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#11. Washington D.C.

- Overall achievement change in online math program, winter to spring 2020: 29.9%
--- Achievement change for schools in high-income ZIP codes: 64.3%
--- Achievement change for schools in low-income ZIP codes: 11.6%
--- Achievement gap: 52.7%
- Overall engagement change in online math program, winter to spring 2020: -4.4%
--- Engagement change for schools in high-income ZIP codes: 16.3%
--- Engagement change for schools in low-income ZIP codes: -17.2%
--- Engagement gap: 33.5% (#15 highest among all states)

Despite pandemic-related drops in revenue, Washington D.C., approved a budget that funds a 3% increase in per-student dollars and $900,000 for early literacy intervention to keep kids reading at grade level by third grade.

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#10. Alabama

- Overall achievement change in online math program, winter to spring 2020: -37.4%
--- Achievement change for schools in high-income ZIP codes: 11.5%
--- Achievement change for schools in low-income ZIP codes: -44.3%
--- Achievement gap: 55.7%
- Overall engagement change in online math program, winter to spring 2020: -48.6%
--- Engagement change for schools in high-income ZIP codes: -20.5%
--- Engagement change for schools in low-income ZIP codes: -54.0%
--- Engagement gap: 33.5% (#14 highest among all states)

Alabama will spend up to $300 million for remote learning from its COVID-19 federal relief funds, $100 million of which will go directly to schools to buy electronic devices and software. Another $70 million is set aside for health and wellness in the schools during the coronavirus pandemic.

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#9. Missouri

- Overall achievement change in online math program, winter to spring 2020: -5.8%
--- Achievement change for schools in high-income ZIP codes: 33.4%
--- Achievement change for schools in low-income ZIP codes: -27.0%
--- Achievement gap: 60.4%
- Overall engagement change in online math program, winter to spring 2020: -27.0%
--- Engagement change for schools in high-income ZIP codes: -2.8%
--- Engagement change for schools in low-income ZIP codes: -38.3%
--- Engagement gap: 35.5% (#13 highest among all states)

Missouri will use $55 million from the state’s Coronavirus Relief Fund to tackle access to the internet for students and learning loss while schools were closed. One in every five students did not have Wi-Fi, or could not afford it, and so could not complete lessons. The state will spend $10 million to reimburse school districts for what they spent to help students get online, as well as $20 million for additional devices.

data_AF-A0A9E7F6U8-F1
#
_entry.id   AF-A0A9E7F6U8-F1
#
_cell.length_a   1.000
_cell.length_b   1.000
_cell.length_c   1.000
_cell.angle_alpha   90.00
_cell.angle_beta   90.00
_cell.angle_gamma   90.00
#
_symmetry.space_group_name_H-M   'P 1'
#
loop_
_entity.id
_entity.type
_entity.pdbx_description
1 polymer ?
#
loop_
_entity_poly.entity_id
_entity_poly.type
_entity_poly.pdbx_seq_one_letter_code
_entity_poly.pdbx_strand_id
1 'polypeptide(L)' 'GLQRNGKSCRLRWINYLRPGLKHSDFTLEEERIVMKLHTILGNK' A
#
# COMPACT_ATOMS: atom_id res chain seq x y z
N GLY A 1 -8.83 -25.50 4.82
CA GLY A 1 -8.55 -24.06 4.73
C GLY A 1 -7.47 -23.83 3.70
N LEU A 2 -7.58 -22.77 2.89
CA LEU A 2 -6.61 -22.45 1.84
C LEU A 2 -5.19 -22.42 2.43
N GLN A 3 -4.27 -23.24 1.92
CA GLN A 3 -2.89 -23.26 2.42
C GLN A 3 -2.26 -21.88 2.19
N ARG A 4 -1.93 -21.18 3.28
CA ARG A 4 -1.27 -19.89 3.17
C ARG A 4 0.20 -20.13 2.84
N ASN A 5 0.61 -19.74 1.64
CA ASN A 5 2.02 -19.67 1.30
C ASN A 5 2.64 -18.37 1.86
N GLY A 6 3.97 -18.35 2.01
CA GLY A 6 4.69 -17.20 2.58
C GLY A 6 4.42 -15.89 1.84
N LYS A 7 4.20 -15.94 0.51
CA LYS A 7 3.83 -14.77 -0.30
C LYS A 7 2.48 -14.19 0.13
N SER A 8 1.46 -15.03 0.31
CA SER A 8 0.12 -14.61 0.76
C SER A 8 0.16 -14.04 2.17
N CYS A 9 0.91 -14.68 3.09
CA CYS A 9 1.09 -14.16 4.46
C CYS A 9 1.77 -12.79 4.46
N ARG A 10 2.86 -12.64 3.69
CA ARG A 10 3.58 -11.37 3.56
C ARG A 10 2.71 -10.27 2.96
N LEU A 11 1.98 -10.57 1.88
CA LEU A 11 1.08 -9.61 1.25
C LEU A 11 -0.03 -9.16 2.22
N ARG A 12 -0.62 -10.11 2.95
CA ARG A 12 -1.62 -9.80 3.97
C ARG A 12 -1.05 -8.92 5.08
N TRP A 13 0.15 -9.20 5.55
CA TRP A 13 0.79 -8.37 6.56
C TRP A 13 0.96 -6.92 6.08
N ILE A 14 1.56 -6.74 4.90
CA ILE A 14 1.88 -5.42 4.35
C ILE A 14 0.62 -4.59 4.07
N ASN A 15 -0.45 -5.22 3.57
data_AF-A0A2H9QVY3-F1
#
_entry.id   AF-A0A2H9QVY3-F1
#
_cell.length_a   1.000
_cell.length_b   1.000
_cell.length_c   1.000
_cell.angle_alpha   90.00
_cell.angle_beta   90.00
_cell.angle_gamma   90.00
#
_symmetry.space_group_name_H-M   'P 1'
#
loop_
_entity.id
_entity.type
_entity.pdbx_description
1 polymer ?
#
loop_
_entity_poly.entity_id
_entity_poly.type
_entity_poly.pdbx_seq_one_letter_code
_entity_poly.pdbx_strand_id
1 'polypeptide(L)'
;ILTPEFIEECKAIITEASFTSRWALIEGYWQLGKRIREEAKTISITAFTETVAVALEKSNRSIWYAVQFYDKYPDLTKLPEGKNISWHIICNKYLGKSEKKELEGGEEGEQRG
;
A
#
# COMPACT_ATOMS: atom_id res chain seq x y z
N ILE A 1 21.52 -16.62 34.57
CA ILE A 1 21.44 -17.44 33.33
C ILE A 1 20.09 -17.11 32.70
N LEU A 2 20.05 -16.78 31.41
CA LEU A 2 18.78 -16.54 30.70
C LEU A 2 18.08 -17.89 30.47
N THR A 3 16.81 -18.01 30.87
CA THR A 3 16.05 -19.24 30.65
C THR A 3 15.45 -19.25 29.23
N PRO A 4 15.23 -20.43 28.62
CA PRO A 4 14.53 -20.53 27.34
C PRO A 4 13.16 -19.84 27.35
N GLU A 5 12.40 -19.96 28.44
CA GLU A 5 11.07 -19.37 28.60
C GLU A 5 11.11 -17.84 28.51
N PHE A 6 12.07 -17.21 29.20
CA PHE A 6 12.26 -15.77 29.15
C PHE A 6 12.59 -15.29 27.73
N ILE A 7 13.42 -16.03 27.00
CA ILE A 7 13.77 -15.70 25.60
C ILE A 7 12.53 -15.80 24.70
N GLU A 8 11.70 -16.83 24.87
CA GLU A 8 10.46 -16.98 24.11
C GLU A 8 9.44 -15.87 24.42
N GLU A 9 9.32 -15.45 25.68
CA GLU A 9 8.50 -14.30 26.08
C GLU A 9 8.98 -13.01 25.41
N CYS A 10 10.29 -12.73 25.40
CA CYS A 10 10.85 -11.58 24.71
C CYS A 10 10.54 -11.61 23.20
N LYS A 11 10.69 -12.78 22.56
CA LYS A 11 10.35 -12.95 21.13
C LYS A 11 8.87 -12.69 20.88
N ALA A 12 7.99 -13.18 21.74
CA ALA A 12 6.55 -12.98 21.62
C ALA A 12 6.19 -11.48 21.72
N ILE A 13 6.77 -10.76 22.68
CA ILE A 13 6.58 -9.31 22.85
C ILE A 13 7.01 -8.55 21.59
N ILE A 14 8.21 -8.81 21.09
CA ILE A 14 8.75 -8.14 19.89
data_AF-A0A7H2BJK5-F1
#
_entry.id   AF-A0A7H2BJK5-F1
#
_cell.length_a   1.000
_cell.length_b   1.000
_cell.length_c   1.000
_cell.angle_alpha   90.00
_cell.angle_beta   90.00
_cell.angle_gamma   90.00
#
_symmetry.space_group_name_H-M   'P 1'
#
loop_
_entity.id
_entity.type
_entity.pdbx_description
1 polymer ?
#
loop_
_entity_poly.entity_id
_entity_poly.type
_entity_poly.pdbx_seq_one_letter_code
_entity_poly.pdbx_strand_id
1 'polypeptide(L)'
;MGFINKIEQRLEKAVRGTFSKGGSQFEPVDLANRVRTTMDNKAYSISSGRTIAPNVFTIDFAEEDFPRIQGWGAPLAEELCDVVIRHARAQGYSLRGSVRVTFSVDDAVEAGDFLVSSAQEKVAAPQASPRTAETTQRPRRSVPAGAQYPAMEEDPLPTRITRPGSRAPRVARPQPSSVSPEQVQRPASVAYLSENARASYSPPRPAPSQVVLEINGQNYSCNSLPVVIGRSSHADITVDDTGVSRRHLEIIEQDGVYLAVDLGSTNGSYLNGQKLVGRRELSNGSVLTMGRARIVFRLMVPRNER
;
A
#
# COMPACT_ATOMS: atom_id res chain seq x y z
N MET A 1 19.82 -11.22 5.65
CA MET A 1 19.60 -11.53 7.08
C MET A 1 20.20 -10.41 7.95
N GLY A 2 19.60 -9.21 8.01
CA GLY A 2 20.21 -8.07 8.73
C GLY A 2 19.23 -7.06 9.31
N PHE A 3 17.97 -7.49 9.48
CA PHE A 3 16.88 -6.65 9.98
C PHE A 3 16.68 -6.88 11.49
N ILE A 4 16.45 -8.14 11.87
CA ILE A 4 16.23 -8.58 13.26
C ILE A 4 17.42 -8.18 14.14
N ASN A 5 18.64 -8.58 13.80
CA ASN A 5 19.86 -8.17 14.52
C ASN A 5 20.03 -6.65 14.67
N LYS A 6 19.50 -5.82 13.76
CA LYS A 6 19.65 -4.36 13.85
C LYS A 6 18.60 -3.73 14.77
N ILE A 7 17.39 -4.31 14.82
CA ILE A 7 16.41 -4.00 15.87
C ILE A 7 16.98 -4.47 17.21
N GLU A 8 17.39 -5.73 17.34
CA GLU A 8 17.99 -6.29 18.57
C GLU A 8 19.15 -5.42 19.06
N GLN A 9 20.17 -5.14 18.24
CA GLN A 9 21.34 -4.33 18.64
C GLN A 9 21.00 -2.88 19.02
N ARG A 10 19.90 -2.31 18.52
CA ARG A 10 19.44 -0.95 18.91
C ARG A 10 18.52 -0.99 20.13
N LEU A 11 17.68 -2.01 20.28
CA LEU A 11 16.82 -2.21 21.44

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#8. Wisconsin

- Overall achievement change in online math program, winter to spring 2020: -11.5%
--- Achievement change for schools in high-income ZIP codes: 30.2%
--- Achievement change for schools in low-income ZIP codes: -33.5%
--- Achievement gap: 63.7%
- Overall engagement change in online math program, winter to spring 2020: -18.9%
--- Engagement change for schools in high-income ZIP codes: 14.7%
--- Engagement change for schools in low-income ZIP codes: -29.3%
--- Engagement gap: 44.0% (#5 highest among all states)

Wisconsin’s governor made grants available based on students’ economic disadvantages, a lack of access to computing devices and the internet, and English proficiency. The money comes from the $46.6 million Governor’s Emergency Education Relief Fund, established under the CARES Act.

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#7. Arizona

- Overall achievement change in online math program, winter to spring 2020: -10.9%
--- Achievement change for schools in high-income ZIP codes: 31.4%
--- Achievement change for schools in low-income ZIP codes: -32.6%
--- Achievement gap: 64.0%
- Overall engagement change in online math program, winter to spring 2020: -31.9%
--- Engagement change for schools in high-income ZIP codes: -4.9%
--- Engagement change for schools in low-income ZIP codes: -46.2%
--- Engagement gap: 41.3% (#6 highest among all states)

Arizona schools are receiving $270 million in federal funds to help them reopen after the pandemic closures. Most of $40 million allocated for dealing with the "digital divide" will go to improving internet access in rural areas. There is no federal money to buy computers or other equipment for students.

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#6. Georgia

- Overall achievement change in online math program, winter to spring 2020: 0.0%
--- Achievement change for schools in high-income ZIP codes: 35.4%
--- Achievement change for schools in low-income ZIP codes: -31.3%
--- Achievement gap: 66.7%
- Overall engagement change in online math program, winter to spring 2020: -27.9%
--- Engagement change for schools in high-income ZIP codes: -8.0%
--- Engagement change for schools in low-income ZIP codes: -44.0%